The Little Moments Are What Counts

We parked the car and walked onto the soccer fields and I looked around and thought about how the world doesn’t stop for anyone or anything.

It was the morning after another set of terrorist attacks, Paris was set on fire by multiple incidents and the new was ablaze was analysis and information about it.

Later on I’d sit at my laptop and catch up on the events of the day, read commentary about the presidential debates and remarks about whether Paris received more attention than it deserved.

But out on the field, well I didn’t think about those things.

I was too busy watching the girl in the picture below play the game she loves.

I am too proud not to share that in the fourth quarter she scored the only goal of the game, but I don’t know if that was my favorite moment of the game.
Neither one of us looks quite the same as we do in this picture but eight years of life can do that to you, at least I think it was eight.

Could be seven or some other number, doesn’t really matter all that much. Lots has happened and the girl who promised she wouldn’t grow up too fast has kept growing at warp speed.

Mind you I asked her to make a promise she couldn’t keep knowing full well that I was asking the impossible, but sometimes we do that.

Sometimes we ask people to help us stop the world from spinning so fast because we want to enjoy a moment for longer than an instant.

The Little Moments Are What Counts

When I look back upon my life the big moments stick out for the obvious reasons but it is almost always the little ones that make me stop and watch or think about things.

It is usually something simple that catches my eye, watching my kids play a game together or apart or watching their reaction to something and wondering what is going on inside their heads.

That is probably not any different from most parents.

But those moments stick with me because there is something about them that reminds me about how they stack up one on top of the other and form our lives.

And so I find myself watching the kids run on the field and I remember how different it was when they started.

I remember being the coach of a team of five-year-old girls and how sometimes they would all run after the ball to kick it or how two or three of them could stop to check out a bug or talk about the ribbons they had in their hair.

Sometimes they would interrupt practice to tell me about their puppy or kitten and how they loved their pet.

It was a mixture of cute and frustration, because the point was to help them learn how to play and have a good time while doing it.

Puppies and practice didn’t always mix.

She Is Me & She Is Herself

Time passed and the little girl who didn’t keep her promise not to grow too quickly got taller and better at her game.

When she would ask me for help I would offer suggestions and sometimes when she didn’t I would offer them anyway, it is a father’s prerogative to help his children.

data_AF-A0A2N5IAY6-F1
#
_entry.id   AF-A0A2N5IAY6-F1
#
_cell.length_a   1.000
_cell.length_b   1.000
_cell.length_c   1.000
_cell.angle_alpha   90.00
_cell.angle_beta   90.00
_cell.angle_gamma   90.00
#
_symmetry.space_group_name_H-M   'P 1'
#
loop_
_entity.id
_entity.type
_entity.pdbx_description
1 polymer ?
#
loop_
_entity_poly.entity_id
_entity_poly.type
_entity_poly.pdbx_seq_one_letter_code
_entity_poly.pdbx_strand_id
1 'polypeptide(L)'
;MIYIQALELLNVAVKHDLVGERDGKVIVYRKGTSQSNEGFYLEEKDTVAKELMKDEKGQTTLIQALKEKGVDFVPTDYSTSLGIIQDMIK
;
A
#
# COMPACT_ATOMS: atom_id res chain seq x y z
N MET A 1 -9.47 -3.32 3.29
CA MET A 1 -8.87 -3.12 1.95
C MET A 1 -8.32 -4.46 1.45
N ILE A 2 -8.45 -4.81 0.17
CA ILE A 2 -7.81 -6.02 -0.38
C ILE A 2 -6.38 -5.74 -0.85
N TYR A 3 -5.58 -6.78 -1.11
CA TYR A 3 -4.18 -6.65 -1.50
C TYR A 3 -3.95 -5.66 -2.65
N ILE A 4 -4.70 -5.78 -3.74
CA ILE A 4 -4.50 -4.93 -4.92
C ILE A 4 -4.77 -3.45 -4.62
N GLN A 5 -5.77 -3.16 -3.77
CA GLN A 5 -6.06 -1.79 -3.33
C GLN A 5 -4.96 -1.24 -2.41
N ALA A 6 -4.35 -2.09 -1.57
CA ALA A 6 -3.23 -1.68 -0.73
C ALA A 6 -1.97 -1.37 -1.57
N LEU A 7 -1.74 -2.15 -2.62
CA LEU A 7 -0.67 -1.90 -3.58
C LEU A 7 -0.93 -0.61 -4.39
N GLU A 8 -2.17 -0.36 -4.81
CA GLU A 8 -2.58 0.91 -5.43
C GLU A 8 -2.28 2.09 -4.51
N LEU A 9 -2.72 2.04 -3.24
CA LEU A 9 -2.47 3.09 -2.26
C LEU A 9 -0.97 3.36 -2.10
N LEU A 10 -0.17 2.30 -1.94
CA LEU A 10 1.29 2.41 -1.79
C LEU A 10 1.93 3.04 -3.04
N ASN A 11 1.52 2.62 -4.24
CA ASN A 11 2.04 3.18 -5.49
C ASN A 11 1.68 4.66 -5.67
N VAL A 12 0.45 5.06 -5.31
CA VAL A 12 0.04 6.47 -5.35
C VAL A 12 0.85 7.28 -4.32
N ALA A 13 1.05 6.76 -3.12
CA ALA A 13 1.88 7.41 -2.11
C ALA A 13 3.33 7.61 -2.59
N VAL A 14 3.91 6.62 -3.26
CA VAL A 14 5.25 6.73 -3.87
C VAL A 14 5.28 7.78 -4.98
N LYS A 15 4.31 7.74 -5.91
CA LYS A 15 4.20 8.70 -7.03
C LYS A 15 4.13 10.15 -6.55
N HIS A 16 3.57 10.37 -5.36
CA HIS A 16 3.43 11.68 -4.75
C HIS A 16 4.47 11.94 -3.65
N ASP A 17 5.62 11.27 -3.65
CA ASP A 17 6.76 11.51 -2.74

Most of the time she would nod her head and do whatever she thought was best and I would silently laugh because my daughter didn’t know she was doing the same as her daddy has done and often does.

Over the years I watched her game and skills develop and smiled some more because I knew she loved it.

I tried hard not to push her too hard to focus on improving some skills because I knew that she might not respond as I hoped and figured if she decided on her own she needed to focus there it would be better.

But every now and then I’d give it a soft push because I knew/know that if she was a tad better in these areas it would make a dramatic difference.

I asked her to make a promise she couldn't keep knowing full well I was asking the impossible...Click To Tweet

A few weeks ago I watched a girl on the other team push my daughter and elbow her and wondered what sort of response my daughter would come up with.

She and I had talked about this multiple times before. I had always told her to play a clean game but not to allow other players to bully or intimidate her.

“You have to stand up and protect yourself. Sometimes you need to give them a bump with your shoulder so they know they can’t take advantage of you.”

My daughter always nodded and smiled and then did her thing, but not this time.

This time she put up with it for a quarter and then decided she had enough.

This time when the two of them went chasing after the ball and the other girl tried to push her my daughter ran through her.

The other girl went down.

She wasn’t hurt and she got back up quickly but she didn’t throw another elbow or try to push my daughter again.

The Lessons We Learn

Ever since that game I have watched as my daughter has really come into her own. I have seen her grow on the field and watched as she played a smarter game.

It is clear now that she is seeing things in a different way and that she says plays developing and is not just reacting to what happens around her.

There is an awareness about her that has been there for a while, but today it felt like it was magnified tenfold.

She played with purpose.

Sure, I loved watching her score the winning goal and I’ll brag about how I loved watching make a couple of key defensive plays too.

But what I loved best was the joy she was playing with.

It reminded me of those 5 year-old girls who ran with ribbons streaming out of their hair laughing and giggling about puppies and kittens.

The little moments in life are where it is at.

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